But, the issue of worker displacement cannot be resolved by simple hand-wringing or absolute faith in capitalism. The problem for my grandchildren is clearly stated in these three paragraph:
    To my way of thinking significant opportunities for society are buried in all this, but all such significant group leaps to "the other side" require a safety net as not everyone can jump high and far enough.
     
  8. phrelin

    phrelin Hall Of Fame DBSTalk Club

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    Northern...
    By the way, all three parts of this AP Impact series are available on line, likely through your favorite AP affiliated newspaper that's probably nearly bankrupt and employs 30% of the people that it did in 1970. Here's mine:

    Recession, tech kill middle-class jobs

    Practically human: Can smart machines do your job?

    Will smart machines create a world without work?

    That last one ends with this:
     
  9. hdtvfan0001

    hdtvfan0001 Well-Known Member

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    Interesting.

    Wonder how many people have jobs to:

    Design the technology
    Build the technology
    Install the technology
    Transport the technology
    Maintain the technology
    Write software for the technology
    Test the technology
    Support the technology
    Update/modify the technology
    Create new technology
    Do the financial transactions and accounting for the technology
    ...and so on.

    Then there's the integration/related product impact to an instance of technology that has the same elements.

    That seems to be no less than 10X people (or job types) for each instance of technolgy. In many cases, that ratio could be 100-to-1 or 1000-to-1 for each related job/role. Many of these are "middle class" jobs.

    Guess that was omitted from that story for some strange reason.
     
  10. Stewart Vernon

    Stewart Vernon Roving Reporter Staff Member Super Moderator DBSTalk Club

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    Multiple things in play here...

    Some middle class jobs are replaced... I saw something on TV the other night about a warehouse that was running robots around to pull orders! They replaced a lot of employees with those robots.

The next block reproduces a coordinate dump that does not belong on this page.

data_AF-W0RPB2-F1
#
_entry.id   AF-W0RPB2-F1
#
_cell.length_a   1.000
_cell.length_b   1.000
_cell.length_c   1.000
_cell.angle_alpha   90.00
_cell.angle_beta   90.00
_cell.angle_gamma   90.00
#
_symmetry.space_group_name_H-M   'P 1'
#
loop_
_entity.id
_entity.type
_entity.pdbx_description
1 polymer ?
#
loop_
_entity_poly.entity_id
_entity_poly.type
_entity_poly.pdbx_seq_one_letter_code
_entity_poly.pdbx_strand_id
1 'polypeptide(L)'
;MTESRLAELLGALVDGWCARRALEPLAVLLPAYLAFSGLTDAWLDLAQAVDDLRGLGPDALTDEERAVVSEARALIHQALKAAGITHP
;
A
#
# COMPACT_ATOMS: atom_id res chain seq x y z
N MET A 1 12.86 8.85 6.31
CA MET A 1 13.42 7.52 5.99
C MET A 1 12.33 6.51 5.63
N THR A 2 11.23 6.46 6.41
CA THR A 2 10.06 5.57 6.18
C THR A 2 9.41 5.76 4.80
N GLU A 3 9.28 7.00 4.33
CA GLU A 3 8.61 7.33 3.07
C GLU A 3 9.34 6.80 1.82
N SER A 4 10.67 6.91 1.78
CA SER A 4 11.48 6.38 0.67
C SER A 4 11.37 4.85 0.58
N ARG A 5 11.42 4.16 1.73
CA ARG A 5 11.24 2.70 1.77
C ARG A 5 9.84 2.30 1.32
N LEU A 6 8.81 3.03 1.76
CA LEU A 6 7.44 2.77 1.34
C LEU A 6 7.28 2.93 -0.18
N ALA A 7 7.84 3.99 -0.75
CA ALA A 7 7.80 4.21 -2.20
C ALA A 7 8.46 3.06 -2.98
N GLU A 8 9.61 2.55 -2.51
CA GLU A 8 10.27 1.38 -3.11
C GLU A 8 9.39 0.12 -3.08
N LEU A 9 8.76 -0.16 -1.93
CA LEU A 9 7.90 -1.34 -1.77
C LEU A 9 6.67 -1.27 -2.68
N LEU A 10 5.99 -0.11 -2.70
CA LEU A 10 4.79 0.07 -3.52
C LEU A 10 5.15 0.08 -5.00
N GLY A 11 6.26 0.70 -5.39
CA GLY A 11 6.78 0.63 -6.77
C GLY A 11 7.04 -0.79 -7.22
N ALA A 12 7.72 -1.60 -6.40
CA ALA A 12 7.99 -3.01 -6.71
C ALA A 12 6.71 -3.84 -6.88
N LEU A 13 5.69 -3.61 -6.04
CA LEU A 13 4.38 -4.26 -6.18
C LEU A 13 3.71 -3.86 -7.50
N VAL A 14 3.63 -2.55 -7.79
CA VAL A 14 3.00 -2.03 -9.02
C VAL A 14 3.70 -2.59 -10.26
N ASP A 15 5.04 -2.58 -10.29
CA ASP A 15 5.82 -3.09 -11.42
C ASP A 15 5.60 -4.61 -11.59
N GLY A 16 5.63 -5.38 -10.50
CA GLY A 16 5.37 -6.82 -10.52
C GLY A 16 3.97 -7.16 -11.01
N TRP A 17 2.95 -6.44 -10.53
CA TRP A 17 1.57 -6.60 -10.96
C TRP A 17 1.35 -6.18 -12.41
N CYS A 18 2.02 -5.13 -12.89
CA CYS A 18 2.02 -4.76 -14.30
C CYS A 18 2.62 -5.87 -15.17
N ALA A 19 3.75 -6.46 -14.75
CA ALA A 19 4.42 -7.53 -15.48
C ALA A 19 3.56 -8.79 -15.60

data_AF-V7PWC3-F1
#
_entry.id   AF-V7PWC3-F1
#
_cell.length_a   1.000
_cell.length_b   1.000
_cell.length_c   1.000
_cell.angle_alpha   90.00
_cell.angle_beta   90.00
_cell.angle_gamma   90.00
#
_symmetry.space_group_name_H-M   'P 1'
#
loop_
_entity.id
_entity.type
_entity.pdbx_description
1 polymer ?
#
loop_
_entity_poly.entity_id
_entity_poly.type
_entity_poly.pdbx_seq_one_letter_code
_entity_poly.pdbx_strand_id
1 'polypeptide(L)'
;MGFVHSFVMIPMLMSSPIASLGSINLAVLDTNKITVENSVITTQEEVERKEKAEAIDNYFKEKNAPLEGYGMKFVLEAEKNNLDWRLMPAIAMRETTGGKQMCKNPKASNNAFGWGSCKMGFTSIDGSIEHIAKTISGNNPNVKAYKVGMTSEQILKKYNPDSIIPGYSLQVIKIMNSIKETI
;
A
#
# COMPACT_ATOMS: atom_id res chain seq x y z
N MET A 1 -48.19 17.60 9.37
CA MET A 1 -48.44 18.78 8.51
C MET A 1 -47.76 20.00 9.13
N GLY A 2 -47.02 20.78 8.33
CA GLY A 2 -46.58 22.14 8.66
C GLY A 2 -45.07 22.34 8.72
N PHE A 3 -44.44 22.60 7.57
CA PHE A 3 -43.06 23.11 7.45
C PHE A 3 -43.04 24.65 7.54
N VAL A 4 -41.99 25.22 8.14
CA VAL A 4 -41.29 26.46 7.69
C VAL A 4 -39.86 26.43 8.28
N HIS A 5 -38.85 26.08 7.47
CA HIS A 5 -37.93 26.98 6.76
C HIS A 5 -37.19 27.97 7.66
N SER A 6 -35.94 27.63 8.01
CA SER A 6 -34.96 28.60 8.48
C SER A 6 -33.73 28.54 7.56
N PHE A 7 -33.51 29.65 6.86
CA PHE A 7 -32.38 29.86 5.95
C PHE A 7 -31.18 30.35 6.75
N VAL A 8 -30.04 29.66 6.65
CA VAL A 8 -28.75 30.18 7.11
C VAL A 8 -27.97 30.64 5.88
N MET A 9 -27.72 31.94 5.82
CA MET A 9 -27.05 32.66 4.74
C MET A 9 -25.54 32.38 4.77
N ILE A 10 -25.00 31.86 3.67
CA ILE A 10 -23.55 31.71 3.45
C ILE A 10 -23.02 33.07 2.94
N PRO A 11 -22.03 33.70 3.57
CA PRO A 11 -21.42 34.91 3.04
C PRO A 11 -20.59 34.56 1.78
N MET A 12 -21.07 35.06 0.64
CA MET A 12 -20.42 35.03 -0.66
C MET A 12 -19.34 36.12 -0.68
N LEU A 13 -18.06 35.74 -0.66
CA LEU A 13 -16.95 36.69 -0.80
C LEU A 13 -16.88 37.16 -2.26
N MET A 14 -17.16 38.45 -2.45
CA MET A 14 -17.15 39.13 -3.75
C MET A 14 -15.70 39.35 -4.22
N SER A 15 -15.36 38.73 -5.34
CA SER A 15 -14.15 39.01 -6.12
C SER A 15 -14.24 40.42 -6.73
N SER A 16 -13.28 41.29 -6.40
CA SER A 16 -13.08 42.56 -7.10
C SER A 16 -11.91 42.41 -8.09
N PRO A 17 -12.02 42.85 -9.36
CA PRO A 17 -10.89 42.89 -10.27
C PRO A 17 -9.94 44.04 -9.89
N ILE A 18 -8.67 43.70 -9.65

Service jobs have been going away as many products are designed to either be throwaway/replaceable cheaper than servicing OR are merely component-swap repair jobs.

    Also, since assembly lines are often automated... many machines are being made by other machines! And, while people do have to think up and design and program these things... those people aren't usually the ones being replaced by the technology.

    In other words... the average factory worker didn't get to be involved in the invention/creation process.

    I fully envision a world not too long from now where many traditional jobs just will not exist... and while there will be opportunities for some people to train and take higher innovating jobs... we need far less people in those positions.

    We can only handle so many leaders... everyone can't be a leader even if qualified. We typically need far more followers than leaders... so a lot of qualified people will be out of work because the higher jobs will be filled.

    Forget laziness... you might be out of work because that kind of work is done by a computer and that computer is made by another computer... and all of that is designed/maintained by people already with those jobs.
     
  11. TXD16

    TXD16 Icon

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    The need for knife and sword makers decreased when the gun became popular. The need for farriers and saddle makers decreased when the automobile took hold. The need for telegraph operators decreased when the telephone became popular. The need for radio engineers decreased when TV became popular. The need for train engineers decreased when aircraft flight took hold, and on and on. Those who adapt survive, those who don't either quit, die, or file a complaint with their union.

    Technological unemployment has existed pretty much since the dawn of time. Those who adapt survive, those who can't or refuse to, don't.
     
  12. phrelin

    phrelin Hall Of Fame DBSTalk Club

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    Northern...
    The great hazard here is the lack of time for folks to adapt to the new technology.

    Again, I find the armed flying drone a good example though I hate to use the worst of human behavior. Even in Vietnam "carpet bombing" from an expensive to build and maintain B-52 was the technology used with heavy "collateral damage," though comparably expensive small fighter/bombers and helicopters were used in combat support with losses in expensively trained personnel with pilots such as John McCain being captured or killed. The expense there was the employee cost needed to assemble and maintain these aircraft.